divorce and legal separation


As a married couple, you spend quite a bit of time building a life together, and when divorce happens, it leaves many pieces to pick up and resolve. At Strata Law Group, we are here to help you through the divorce process and help you understand your rights and obligations.

You will need to resolve all economic claims between you and your spouse. This can include the division of property – including debts incurred – during your marriage and, in some cases, the payment of alimony from one spouse to another.

To dissolve your marriage, we will need to identify and value marital assets and debts, determine the nature and extent of household incomes, and work closely with you to develop appropriate settlement options based on your circumstances.

During our initial consultation, we will provide you with an overall view of what to expect and the immediate next steps. Then, when you are ready, we will initiate the process by filing a summons and a petition for Dissolution of Marriage in Superior Court, usually in the county where either party resides. Washington State is a no fault state, meaning neither party is faulted for seeking a dissolution of the marriage, giving both parties equal rights to all marital property and the custody of any minor children.

Once the initial summons and the Petition for Dissolution of Marriage are filed, there is a mandatory 90 day waiting period before finalizing the Dissolution of Marriage action.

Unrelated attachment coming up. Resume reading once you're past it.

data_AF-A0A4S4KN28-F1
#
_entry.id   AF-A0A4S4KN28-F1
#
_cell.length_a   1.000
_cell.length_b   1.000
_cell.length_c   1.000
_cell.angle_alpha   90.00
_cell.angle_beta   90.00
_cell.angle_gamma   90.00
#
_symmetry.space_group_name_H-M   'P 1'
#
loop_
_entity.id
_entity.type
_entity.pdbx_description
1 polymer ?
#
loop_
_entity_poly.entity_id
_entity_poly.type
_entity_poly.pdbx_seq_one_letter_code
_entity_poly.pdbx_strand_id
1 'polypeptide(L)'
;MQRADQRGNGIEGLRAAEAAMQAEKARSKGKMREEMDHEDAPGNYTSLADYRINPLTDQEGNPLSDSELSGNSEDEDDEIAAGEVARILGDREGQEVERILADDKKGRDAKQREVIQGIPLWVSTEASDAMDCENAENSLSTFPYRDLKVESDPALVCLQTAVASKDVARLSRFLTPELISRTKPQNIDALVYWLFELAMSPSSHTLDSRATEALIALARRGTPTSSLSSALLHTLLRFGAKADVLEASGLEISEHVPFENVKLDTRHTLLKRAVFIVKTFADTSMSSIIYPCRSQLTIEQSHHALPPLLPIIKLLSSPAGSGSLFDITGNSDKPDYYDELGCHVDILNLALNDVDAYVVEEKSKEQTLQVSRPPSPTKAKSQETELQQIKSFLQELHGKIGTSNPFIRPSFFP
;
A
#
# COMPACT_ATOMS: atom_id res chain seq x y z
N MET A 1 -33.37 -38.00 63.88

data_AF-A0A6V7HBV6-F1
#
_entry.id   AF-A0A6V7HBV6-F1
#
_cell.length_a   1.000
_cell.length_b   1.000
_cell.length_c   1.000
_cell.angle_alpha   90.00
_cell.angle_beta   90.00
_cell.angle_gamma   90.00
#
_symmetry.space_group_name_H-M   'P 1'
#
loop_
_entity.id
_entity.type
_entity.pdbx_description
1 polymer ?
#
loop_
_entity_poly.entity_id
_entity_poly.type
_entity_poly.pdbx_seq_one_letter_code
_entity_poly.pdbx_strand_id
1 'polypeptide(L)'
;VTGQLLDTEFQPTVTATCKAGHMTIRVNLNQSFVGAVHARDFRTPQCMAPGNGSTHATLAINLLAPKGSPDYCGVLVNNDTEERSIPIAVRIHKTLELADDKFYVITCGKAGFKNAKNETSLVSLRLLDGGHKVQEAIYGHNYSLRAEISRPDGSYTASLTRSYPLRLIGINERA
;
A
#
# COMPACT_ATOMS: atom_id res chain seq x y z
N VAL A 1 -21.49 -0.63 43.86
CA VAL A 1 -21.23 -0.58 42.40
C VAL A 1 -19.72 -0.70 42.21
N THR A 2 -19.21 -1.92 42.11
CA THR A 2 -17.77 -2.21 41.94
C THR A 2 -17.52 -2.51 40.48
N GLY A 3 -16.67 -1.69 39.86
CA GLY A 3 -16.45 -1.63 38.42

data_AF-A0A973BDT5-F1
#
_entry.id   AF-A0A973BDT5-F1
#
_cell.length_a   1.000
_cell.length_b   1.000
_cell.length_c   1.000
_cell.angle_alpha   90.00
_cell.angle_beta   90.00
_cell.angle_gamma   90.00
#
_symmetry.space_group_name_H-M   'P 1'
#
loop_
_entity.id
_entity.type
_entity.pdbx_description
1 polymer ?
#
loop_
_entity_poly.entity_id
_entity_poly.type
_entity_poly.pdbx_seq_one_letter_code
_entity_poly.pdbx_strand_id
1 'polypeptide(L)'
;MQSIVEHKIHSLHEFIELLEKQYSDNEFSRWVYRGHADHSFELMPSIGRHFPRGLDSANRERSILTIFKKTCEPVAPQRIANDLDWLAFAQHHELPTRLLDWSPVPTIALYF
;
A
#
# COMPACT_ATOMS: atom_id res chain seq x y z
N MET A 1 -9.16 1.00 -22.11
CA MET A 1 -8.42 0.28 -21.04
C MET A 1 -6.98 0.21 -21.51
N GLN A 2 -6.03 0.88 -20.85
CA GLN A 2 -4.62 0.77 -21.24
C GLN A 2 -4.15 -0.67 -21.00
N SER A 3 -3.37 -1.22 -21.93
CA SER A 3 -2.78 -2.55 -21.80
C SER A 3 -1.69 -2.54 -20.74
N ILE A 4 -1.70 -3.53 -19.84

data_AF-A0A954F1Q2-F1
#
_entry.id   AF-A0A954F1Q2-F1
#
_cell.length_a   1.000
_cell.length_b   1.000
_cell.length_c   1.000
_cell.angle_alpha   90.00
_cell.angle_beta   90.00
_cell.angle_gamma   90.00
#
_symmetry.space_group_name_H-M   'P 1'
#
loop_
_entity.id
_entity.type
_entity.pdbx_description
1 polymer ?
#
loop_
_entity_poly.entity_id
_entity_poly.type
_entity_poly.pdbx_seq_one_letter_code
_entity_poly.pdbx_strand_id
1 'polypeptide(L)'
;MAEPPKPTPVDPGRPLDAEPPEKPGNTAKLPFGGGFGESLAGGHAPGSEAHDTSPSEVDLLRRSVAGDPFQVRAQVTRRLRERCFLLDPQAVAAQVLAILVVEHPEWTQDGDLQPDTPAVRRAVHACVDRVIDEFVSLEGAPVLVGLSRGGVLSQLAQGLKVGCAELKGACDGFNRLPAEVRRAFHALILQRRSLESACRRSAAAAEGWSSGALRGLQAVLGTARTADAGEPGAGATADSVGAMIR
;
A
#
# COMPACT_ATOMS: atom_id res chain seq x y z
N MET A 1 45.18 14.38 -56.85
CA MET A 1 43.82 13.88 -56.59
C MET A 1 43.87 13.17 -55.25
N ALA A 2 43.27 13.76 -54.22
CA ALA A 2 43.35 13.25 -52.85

spousal support

At Strata Law Group, we have extensive experience working with many divorcing couples on the issue of spousal support or alimony, and many times are able to come to a resolution outside of court. When court is necessary, we have successfully negotiated favorable settlements for our clients and their families.

Spousal support limits any unfair economic effects of a divorce by providing a continuing income to a non-wage-earning or lower-wage-earning spouse. The intention is to assist the financially-dependent spouse, not to punish the supporting spouse. Part of the justification for support is that one spouse may have chosen to not pursue or continue a career in order to care for the family. Another purpose may be to help a spouse continue the standard of living they had during the marriage.

Courts are only involved in spousal support if the divorcing couple cannot agree on the amount or length of payments (or the necessity of spousal support).

There is no formula for how spousal support is determined, however, the court will consider the following factors when determining the amount:

  • The duration and standard of living during the marriage
  • The requesting spouse’s age, physical and emotional condition, and financial obligations
  • The requesting spouse’s financial resources, such as separate or community property
  • The requesting spouse’s ability to self-support and the length of time the requesting spouse needs to become self-sufficient
  • The other spouse’s ability to pay and still support him or herself

complex compensation structures

Not all income is simply salary plus bonus. There are many sectors, such as technology and finance, where the compensation structure tends to be more complicated. This can include stock options, restricted stock, and various other forms of deferred compensation.